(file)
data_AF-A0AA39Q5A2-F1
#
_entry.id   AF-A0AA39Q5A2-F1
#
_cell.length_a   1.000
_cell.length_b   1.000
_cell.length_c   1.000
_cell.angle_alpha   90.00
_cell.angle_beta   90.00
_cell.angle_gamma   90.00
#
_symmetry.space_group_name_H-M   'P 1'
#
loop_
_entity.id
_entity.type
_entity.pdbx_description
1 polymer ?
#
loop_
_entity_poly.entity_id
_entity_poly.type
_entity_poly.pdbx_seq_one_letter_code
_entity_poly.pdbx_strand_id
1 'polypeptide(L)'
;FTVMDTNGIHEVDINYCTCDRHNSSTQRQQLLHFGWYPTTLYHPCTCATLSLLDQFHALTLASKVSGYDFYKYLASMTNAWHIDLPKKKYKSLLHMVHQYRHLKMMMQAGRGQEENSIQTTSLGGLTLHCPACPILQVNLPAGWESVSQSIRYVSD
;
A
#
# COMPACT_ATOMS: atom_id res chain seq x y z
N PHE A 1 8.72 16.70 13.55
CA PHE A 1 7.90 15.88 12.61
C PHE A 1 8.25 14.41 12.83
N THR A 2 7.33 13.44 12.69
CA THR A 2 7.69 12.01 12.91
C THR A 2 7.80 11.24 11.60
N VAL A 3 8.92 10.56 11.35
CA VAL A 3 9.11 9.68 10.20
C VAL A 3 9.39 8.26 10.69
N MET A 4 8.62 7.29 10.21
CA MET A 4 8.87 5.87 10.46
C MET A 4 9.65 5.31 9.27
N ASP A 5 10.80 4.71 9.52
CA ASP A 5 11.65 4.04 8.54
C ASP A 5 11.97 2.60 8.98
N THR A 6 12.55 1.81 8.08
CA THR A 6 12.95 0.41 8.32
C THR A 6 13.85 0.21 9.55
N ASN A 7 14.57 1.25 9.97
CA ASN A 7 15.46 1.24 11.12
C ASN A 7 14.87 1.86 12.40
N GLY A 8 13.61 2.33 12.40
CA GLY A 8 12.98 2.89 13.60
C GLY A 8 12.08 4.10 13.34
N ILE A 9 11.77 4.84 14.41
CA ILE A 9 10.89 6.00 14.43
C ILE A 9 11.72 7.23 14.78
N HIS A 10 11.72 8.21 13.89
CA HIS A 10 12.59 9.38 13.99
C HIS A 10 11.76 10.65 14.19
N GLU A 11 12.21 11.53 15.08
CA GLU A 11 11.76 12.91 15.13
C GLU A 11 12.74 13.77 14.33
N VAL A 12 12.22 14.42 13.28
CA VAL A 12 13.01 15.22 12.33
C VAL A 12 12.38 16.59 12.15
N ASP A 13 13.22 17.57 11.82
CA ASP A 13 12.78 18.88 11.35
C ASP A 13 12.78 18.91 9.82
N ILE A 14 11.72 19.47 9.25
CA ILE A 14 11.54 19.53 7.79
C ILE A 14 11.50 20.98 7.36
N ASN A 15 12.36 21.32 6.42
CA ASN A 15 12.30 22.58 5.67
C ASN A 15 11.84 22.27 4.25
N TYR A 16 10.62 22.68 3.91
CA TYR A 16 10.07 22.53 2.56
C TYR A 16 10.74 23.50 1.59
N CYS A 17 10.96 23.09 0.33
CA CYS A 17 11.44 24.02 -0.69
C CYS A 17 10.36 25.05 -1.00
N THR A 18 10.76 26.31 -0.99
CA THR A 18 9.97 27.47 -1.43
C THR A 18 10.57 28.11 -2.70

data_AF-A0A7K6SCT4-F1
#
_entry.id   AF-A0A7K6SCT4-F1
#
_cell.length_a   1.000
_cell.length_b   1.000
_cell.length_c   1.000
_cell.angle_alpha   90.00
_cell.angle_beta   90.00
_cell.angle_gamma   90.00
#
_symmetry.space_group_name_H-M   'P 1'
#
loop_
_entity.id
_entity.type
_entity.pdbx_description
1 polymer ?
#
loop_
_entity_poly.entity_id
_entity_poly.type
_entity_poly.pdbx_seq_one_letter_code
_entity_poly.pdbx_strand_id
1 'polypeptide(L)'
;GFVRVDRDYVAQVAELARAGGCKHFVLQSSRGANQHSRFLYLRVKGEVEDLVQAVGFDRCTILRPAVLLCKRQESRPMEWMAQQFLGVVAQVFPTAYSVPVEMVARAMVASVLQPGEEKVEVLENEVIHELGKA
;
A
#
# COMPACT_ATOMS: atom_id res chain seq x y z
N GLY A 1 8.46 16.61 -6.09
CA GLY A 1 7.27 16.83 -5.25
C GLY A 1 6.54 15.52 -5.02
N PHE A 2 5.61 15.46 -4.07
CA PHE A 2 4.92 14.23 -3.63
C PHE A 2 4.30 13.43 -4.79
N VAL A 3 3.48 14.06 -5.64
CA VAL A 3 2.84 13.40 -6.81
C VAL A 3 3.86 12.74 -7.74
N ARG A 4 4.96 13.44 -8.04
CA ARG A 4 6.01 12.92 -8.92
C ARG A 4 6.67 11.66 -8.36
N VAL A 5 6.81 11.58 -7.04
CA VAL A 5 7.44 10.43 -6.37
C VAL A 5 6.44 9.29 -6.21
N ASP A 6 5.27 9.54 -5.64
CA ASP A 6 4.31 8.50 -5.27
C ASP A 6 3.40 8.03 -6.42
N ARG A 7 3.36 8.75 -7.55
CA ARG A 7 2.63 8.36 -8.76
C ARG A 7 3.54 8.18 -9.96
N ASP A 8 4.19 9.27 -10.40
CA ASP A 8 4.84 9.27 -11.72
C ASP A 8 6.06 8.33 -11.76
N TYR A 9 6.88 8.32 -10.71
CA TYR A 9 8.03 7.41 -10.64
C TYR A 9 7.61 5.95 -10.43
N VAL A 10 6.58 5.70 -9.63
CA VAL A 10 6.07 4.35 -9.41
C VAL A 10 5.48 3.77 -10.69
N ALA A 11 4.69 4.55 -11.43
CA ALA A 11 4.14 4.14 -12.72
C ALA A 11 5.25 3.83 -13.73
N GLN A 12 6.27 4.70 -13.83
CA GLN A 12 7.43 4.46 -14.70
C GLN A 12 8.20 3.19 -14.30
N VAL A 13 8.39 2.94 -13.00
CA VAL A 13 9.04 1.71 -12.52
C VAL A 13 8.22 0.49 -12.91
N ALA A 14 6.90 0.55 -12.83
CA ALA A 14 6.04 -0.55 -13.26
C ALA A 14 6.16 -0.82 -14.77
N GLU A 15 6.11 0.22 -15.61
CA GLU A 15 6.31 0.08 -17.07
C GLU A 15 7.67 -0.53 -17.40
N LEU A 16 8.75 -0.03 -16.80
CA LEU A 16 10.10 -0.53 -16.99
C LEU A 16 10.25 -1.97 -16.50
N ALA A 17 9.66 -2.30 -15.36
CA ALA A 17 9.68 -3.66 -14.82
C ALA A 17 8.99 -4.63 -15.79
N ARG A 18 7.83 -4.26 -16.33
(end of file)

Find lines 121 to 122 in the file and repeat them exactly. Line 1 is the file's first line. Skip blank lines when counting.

N VAL A 3 3.48 14.06 -5.64
CA VAL A 3 2.84 13.40 -6.81